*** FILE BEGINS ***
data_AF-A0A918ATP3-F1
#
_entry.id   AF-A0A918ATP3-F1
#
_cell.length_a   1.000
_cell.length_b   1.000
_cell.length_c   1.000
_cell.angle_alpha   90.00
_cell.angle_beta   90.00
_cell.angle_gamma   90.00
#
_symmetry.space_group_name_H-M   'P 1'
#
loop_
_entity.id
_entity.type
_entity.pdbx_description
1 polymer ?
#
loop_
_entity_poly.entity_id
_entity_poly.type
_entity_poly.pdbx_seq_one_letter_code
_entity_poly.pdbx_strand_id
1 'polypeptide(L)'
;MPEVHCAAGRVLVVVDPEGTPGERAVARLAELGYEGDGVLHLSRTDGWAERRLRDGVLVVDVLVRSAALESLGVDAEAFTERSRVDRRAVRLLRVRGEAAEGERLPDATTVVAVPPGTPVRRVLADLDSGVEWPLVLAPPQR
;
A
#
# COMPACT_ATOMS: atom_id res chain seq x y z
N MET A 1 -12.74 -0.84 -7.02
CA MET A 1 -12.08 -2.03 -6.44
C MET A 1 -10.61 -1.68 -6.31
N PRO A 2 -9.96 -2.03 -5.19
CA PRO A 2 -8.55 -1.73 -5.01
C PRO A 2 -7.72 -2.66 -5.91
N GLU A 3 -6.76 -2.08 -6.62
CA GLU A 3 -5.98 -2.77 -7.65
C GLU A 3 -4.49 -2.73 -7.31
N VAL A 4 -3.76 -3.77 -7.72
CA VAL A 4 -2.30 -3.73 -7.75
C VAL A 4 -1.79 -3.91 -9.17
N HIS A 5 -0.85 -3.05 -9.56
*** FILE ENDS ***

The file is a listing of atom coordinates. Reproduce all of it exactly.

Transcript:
data_AF-A0A918ATP3-F1
#
_entry.id   AF-A0A918ATP3-F1
#
_cell.length_a   1.000
_cell.length_b   1.000
_cell.length_c   1.000
_cell.angle_alpha   90.00
_cell.angle_beta   90.00
_cell.angle_gamma   90.00
#
_symmetry.space_group_name_H-M   'P 1'
#
loop_
_entity.id
_entity.type
_entity.pdbx_description
1 polymer ?
#
loop_
_entity_poly.entity_id
_entity_poly.type
_entity_poly.pdbx_seq_one_letter_code
_entity_poly.pdbx_strand_id
1 'polypeptide(L)'
;MPEVHCAAGRVLVVVDPEGTPGERAVARLAELGYEGDGVLHLSRTDGWAERRLRDGVLVVDVLVRSAALESLGVDAEAFTERSRVDRRAVRLLRVRGEAAEGERLPDATTVVAVPPGTPVRRVLADLDSGVEWPLVLAPPQR
;
A
#
# COMPACT_ATOMS: atom_id res chain seq x y z
N MET A 1 -12.74 -0.84 -7.02
CA MET A 1 -12.08 -2.03 -6.44
C MET A 1 -10.61 -1.68 -6.31
N PRO A 2 -9.96 -2.03 -5.19
CA PRO A 2 -8.55 -1.73 -5.01
C PRO A 2 -7.72 -2.66 -5.91
N GLU A 3 -6.76 -2.08 -6.62
CA GLU A 3 -5.98 -2.77 -7.65
C GLU A 3 -4.49 -2.73 -7.31
N VAL A 4 -3.76 -3.77 -7.72
CA VAL A 4 -2.30 -3.73 -7.75
C VAL A 4 -1.79 -3.91 -9.17
N HIS A 5 -0.85 -3.05 -9.56